From the moment Margaret steps on stage, wriggling her bum and swaying from side to side while singing her out-of-tune rendition of ‘New York, New York,’ with Frank Sinatra, swift- moving dialogue whips audiences from subjects as diverse as ‘Charlie’s Angels,’ and the Taj Mahal to the idea of water-skiing naked.
Such is the rich pace of dialogue and the complexity of plot, one hardly notices that all the action takes place on a minimalist stage comprising a lampstand, a record player, an armchair, a coffee-table and a pair of stilettos. This must-see show is skilfully directed by Andrea Montgomery.
‘Sinners’ by Jones who also wrote ‘Stones In His Pockets’ and ‘A Night In November,’ focuses on an American preacher from Oklahoma whose charisma seduces people in a small rural northern Irish community to the point where they donate much of their hard-earned savings to him, with one man even signing away his family farm. The play is loosely based on Moliere’s Tartuffe.
I’m unsure whether Marie Jones wanted to deliver a menacing atmosphere and a moral lesson about the corrosive power of religion preying on people’s fears, or as the preacher puts it ‘the witless adoration’ of people searching for meaning, or a zany comedy on the same subject.
I’m banking on the latter, mainly because the jocular elements far outweigh the serious and any potentially menacing scenes are largely overshadowed by overriding light-heartedness, including a strangely likeable – almost comical – preacher character, who – when caught out – is forthcoming enough to explain why he embarked on his manipulative scam. When you add to this the buffoon-like nature of the central father-husband figure, his wife’s hilarious best friend, his outspoken brothers and a bearded poet with his proverbial head in the clouds, it is hard to take the moral lesson too seriously. If the preacher was nastier in a more Machiavellian manner, however, and if the other cast members were not so over-the-top colorful, it would perhaps have made the moral lesson too dour and dismal for an enjoyable evening out.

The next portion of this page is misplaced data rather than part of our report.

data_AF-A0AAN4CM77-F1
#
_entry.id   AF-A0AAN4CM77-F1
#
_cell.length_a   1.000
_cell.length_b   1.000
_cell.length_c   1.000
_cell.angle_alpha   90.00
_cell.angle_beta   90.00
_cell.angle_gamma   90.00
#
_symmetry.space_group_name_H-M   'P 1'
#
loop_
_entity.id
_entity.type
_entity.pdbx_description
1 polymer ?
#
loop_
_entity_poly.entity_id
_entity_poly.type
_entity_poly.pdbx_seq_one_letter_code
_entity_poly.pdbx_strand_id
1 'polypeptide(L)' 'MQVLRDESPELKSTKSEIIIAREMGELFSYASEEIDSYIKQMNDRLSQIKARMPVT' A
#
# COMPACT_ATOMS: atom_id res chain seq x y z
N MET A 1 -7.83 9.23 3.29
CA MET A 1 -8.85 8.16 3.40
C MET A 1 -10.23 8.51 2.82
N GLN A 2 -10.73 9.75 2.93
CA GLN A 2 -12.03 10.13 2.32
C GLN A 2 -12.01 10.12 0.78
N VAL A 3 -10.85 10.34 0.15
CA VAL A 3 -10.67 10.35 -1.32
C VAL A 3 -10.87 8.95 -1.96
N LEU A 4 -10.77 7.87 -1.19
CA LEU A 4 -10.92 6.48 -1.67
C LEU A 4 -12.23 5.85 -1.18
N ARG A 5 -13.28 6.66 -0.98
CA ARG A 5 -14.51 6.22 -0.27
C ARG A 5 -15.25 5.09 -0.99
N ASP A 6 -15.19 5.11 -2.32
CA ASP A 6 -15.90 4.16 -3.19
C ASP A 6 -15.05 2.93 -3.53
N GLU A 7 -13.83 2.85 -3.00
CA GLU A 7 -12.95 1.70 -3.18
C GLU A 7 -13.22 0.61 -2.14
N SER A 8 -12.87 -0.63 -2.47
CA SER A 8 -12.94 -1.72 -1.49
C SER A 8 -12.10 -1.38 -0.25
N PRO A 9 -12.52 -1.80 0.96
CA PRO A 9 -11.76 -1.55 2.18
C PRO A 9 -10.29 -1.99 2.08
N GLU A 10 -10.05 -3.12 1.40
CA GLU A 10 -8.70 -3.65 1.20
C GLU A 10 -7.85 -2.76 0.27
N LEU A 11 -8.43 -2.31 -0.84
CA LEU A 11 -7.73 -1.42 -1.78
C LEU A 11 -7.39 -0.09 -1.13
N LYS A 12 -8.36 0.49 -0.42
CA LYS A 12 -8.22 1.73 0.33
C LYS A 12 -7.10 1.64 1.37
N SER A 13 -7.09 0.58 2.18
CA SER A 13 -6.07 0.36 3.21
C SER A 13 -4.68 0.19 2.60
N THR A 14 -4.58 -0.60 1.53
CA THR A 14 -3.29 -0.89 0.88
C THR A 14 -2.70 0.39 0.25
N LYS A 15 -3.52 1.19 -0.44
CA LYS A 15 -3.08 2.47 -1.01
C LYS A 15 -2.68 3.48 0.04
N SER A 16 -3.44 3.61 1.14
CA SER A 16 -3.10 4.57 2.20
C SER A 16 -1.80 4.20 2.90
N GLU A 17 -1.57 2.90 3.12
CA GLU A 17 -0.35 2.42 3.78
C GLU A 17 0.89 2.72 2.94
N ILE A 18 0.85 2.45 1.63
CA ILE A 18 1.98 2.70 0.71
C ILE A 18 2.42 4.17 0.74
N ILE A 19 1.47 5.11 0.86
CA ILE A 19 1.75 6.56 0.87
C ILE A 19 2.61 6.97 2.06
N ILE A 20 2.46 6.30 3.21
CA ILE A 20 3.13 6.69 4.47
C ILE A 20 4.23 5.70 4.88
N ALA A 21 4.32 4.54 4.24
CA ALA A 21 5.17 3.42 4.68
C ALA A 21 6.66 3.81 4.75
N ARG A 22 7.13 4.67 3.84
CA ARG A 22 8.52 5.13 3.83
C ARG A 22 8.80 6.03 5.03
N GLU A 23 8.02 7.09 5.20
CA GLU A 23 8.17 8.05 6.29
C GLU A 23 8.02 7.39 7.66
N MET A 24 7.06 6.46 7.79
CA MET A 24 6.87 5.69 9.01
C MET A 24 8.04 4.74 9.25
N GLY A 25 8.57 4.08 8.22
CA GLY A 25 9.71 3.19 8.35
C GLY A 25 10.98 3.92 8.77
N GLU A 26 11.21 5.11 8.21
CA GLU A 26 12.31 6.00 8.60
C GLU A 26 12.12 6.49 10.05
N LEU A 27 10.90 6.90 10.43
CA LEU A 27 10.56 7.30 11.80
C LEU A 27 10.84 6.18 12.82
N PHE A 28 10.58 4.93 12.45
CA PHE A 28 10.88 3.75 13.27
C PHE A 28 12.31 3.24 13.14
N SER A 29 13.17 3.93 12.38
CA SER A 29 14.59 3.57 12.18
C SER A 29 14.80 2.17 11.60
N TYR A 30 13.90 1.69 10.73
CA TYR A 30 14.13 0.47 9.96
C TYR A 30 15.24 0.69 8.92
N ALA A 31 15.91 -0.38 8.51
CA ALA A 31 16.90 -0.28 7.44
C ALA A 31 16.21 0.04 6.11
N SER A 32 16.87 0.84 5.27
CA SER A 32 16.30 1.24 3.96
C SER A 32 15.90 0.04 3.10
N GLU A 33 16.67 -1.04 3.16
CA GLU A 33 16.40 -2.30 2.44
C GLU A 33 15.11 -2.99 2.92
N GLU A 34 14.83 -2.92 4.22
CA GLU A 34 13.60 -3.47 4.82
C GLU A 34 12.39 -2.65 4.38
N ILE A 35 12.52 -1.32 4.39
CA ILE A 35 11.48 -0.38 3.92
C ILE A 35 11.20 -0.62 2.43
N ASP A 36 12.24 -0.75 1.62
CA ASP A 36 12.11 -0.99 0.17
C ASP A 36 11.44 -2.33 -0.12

As a fast-paced situational comedy farce, ‘Sinners’ is entertaining with scenes such as a family dinner and an attempted seduction among the highlights of the show.
An innovative aspect of this production is the use of a revolving floor-to-ceiling curtain which not only makes scene-changes easier but also allows the director to project images on to the curtain, in this case of a religious choir singing hymns.
Upcoming productions this month at the Lyric include ‘The Ladykillers,’ an adaptation of the classic Ealing Comedy, written by renowned writer Graham Linehan (Father Ted, The IT Crowd, Black Books) and described as “a riotous, blackly comic tale of deception, greed and afternoon tea.” This show is directed by Jimmy Fay, the theatre’s executive producer.
As part of its ‘New Playwrights Programme,’ the theatre is also hosting public workshops and masterclasses led by key writers and directors, to help aspiring new playwrights develop their skills. The first free workshop takes place on June 17 in the Naughton Studio led by Graham Whybrow, an associate director of the Royal Court Theatre in London and course director of the MFA in Playwriting at The Lir Academy, Trinity College Dublin.